Posts Getting Started

Getting Started


Follow the Jekyll Docs to complete the installation of basic environment (Ruby, RubyGems and Bundler).

To improve the writing experience, we need to use some script tools. If your machine is running Debian or macOS, make sure that GNU coreutils is installed. Otherwise, install by:

  • Debian
$ sudo apt-get install coreutils
  • macOS
$ brew install coreutils

Jekyll Plugins

Fork Chirpy from GitHub, then clone your forked repo to local:

$ git clone [email protected]:USER/jekyll-theme-chirpy.git -b master

and replace the USER above to your GitHub username.

The first time you run or build the project on local machine, perform the installation of Jekyll plugins. Go to the root of repo and run:

$ bundle install

bundle will automatically install all the dependent Jekyll Plugins that listed in the Gemfile.

Directory Structure

The main files and related brief introductions are listed below.

├── _data
├── _includes      
├── _layouts
├── _posts          # posts stay here
├── _scripts
├── .travis.yml     # remove it
├── .github         # remove this, too
├── assets      
├── tabs
│   └──    # the ABOUT page
├── .gitignore
├── 404.html
├── Gemfile
├── _config.yml     # configuration file
├── tools           # script tools
├── feed.xml
├── index.html
├── robots.txt
└── sitemap.xml

As mentioned above, some files or directories should be removed from your repo:

  • .travis.yml
  • .github


Generally, go to _config.yml and configure the variables as needed. Some of them are typical options:

  • url

    Set to your website url and there should be no slash symbol at the tail. Format: <protocol>://<domain>.

  • avatar

    It defines the image file location of avatar. The sample image is /assets/img/sample/avatar.jpg, and should be replaced by your own one (a square image). Notice that a huge image file will increase the load time of your site, so keep your avatar image size as small as possible (may be will help).

  • timezone

    To ensure that the posts’ release date matches the city you live in, please modify the field timezone correctly. A list of all available values can be found on TimezoneConverter or Wikipedia.

  • theme_mode

    There are three options for the theme color scheme:

    • dual - The default color scheme will follow the system settings, but if the system does not support dark mode, or the browser does not support Media Queries Level 5, the theme will be displayed as light mode by default. Anyway, the bottom left corner of the Sidebar will provide a button for users to switch color schemes.

    • dark - Always show dark mode.
    • light - Always show light mode.

Run Locally

You may want to preview the site content before publishing, so just run the script tool:

$ bash tools/

Open a browser and visit http://localhost:4000.

Few days later, you may find that the file changes does not refresh in real time by using Don’t worry, the advanced option -r (or --realtime) will solve this problem, but it requires fswatch to be installed on your machine.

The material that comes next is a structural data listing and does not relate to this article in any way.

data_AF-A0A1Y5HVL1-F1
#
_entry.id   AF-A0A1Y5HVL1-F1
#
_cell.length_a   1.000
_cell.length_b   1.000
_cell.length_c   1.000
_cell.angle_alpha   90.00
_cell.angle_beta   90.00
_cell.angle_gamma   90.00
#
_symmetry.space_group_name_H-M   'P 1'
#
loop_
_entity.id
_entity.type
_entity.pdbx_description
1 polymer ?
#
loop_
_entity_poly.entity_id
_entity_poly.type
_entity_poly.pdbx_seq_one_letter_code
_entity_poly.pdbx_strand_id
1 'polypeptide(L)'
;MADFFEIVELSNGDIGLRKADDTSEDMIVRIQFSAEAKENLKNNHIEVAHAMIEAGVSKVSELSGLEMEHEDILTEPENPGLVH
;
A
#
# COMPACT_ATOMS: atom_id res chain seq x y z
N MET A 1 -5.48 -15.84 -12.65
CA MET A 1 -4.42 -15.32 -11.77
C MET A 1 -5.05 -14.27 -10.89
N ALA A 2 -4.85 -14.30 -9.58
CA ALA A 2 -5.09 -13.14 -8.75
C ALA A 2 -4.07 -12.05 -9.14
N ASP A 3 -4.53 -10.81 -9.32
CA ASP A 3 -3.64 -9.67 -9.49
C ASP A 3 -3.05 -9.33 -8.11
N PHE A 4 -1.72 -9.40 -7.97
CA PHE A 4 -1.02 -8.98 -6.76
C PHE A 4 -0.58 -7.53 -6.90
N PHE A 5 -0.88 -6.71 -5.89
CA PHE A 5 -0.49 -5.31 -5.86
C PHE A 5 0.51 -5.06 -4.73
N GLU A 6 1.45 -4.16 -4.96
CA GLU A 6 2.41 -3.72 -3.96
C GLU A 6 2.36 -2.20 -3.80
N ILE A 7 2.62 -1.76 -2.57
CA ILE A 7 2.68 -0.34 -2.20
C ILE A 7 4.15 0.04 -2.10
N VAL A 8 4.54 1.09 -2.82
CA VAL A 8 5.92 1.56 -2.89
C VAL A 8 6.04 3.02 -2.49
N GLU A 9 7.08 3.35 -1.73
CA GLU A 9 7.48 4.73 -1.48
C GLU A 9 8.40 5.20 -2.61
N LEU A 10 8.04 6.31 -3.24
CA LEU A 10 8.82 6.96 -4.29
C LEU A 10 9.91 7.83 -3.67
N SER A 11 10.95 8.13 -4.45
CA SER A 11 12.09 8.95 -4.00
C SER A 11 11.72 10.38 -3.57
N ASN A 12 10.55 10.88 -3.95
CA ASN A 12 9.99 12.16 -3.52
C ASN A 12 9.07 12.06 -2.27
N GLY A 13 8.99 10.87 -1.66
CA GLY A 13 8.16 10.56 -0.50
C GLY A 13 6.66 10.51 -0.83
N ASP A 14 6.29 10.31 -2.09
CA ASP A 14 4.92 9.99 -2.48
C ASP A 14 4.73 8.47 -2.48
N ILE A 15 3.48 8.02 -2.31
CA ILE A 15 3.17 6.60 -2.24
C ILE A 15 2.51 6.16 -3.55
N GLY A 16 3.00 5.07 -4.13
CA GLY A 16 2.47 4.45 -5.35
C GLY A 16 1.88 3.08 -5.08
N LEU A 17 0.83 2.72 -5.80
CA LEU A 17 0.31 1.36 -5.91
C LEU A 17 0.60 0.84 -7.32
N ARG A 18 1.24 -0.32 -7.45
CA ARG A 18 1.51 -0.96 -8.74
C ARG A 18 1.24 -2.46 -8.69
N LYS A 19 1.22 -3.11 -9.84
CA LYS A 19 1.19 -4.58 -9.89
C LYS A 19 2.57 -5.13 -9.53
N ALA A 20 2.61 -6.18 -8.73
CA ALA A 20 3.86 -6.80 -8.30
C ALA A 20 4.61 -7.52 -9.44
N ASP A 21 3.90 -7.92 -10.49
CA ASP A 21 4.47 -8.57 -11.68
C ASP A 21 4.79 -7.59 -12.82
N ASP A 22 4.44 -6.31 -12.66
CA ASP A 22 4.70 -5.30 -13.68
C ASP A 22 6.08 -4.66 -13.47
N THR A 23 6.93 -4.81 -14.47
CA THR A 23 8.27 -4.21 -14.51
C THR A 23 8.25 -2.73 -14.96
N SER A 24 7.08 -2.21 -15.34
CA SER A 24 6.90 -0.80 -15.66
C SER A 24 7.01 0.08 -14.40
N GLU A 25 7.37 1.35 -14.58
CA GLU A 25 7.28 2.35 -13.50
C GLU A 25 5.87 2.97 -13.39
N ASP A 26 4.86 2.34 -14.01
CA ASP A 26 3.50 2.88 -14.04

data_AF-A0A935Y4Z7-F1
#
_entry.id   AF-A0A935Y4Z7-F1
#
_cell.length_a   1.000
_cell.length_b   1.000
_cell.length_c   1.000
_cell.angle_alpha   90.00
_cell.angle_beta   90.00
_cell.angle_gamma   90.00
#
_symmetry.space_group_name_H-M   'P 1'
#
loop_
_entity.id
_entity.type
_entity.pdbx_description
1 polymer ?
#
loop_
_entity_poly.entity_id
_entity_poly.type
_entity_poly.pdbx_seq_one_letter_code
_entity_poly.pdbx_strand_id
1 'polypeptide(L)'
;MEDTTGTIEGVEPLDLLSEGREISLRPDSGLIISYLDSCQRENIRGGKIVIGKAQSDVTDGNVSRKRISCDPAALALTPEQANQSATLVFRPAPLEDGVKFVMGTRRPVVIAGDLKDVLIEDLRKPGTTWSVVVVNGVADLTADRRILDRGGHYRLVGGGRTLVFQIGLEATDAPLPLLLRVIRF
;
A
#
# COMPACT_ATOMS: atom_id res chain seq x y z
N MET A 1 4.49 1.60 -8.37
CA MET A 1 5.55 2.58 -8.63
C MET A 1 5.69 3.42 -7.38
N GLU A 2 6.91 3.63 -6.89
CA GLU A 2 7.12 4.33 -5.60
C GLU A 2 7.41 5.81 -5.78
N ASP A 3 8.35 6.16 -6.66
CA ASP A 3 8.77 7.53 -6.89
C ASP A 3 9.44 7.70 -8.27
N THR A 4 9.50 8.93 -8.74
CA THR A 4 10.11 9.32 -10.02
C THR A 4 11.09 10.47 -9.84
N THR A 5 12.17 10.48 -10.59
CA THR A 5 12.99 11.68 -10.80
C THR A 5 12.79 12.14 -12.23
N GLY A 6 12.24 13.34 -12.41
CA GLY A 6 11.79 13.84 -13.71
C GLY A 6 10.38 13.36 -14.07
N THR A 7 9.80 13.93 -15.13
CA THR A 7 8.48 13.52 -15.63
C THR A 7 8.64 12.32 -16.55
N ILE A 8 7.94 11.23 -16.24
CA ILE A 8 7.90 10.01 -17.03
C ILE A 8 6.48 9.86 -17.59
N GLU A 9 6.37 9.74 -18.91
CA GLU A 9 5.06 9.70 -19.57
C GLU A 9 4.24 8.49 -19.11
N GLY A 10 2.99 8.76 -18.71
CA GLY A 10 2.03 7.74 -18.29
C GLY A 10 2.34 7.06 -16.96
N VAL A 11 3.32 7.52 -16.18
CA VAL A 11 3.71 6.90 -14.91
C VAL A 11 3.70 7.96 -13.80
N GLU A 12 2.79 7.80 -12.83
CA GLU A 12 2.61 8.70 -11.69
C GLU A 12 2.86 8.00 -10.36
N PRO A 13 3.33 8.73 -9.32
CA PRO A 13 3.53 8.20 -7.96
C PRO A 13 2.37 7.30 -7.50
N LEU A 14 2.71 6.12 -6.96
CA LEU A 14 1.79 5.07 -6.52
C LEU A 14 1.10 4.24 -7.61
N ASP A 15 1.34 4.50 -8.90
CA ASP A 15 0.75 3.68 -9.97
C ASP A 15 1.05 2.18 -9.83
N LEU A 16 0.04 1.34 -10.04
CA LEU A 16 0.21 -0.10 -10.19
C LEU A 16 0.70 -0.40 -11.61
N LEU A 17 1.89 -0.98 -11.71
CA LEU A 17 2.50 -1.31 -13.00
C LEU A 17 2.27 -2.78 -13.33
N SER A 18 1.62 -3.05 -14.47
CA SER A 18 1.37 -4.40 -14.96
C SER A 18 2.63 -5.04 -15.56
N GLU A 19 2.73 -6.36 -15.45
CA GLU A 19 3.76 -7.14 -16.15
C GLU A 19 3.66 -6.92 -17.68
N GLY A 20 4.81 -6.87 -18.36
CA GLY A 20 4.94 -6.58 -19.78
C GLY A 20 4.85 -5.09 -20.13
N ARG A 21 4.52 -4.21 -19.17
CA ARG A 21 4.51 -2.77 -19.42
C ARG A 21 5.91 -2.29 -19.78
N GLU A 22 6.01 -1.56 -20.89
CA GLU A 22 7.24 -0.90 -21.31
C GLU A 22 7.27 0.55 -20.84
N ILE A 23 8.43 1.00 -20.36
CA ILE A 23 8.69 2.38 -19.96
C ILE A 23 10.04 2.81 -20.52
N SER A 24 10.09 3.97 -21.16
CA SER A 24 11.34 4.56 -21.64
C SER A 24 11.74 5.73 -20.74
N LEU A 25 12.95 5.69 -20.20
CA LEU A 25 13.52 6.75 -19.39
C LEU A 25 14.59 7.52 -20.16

Deploying to GitHub Pages

Before the deployment begins, checkout the file _config.yml and make sure that the url has been configured. What’s more, if you prefer the Project site on GitHub and also use the default domain <username>, remember to change the baseurl to your project name that starting with a slash. For example, /project.

Option 1: Built by GitHub Pages

By deploying the site in this way, you’re allowed to push the source code directly to the remote.

Note: If you want to use any third-party Jekyll plugins that not in this list, stop reading the current approach and go to Option 2: Build locally.

1. Rename the repository to:

Site TypeRepo’s Name
User or Organization<username>
ProjectAny one except <username>, let’s say project

2. Commit the changes of the repo first, then run the initialization script:

$ bash tools/

Please note that the Recent Update list requires the latest git-log date of posts, thus make sure the changes in _posts have been committed before running this command.

it will automatically generates the Latest Modified Date and Categories / Tags page for the posts and submit a commit. Its output is similar to the following log:

[INFO] Success to update lastmod for 4 post(s).
[INFO] Succeed! 3 category-pages created.
[INFO] Succeed! 4 tag-pages created.
[Automation] Updated the Categories, Tags, Lastmod for post(s).
 11 files changed, 46 insertions(+), 3 deletions(-)
Updated the Categories, Tags, Lastmod for post(s).

3. Push the changes to origin/master then go to GitHub website and enable GitHub Pages service for the repo.

4. Check it out:

Site TypeSite URL
User or Organizationhttps://<username>

Option 2: Build Locally

For security reasons, GitHub Pages runs on safe mode, which means the third-party Jekyll plugins or custom scripts won’t work. If you want to use any another plugins that not in the whitelist, you have to generate the site locally rather than on GitHub Pages.

1. Browse to GitHub website, create a brand new repo named:

Site TypeRepo’s Name
User or Organization<username>
ProjectAny one except <username>, let’s say project

and clone it.

2. In the root of the source project, build your site by:

$ bash tools/ -d /path/to/local/project/

The generated static files will be placed in the root of /path/to/local/project. Commit and push the changes to the master branch on GitHub.

3. Go to GitHub website and enable Pages service for the new repository.

4. Visit at:

Site TypeSite URL
User or Organizationhttps://<username>

Finishing work

No matter which way you choose to deploy the website on GitHub, please enforce the HTTPS for it. See official docs: Configuring a publishing source for your GitHub Pages site.

This post is licensed under CC BY 4.0 by the author.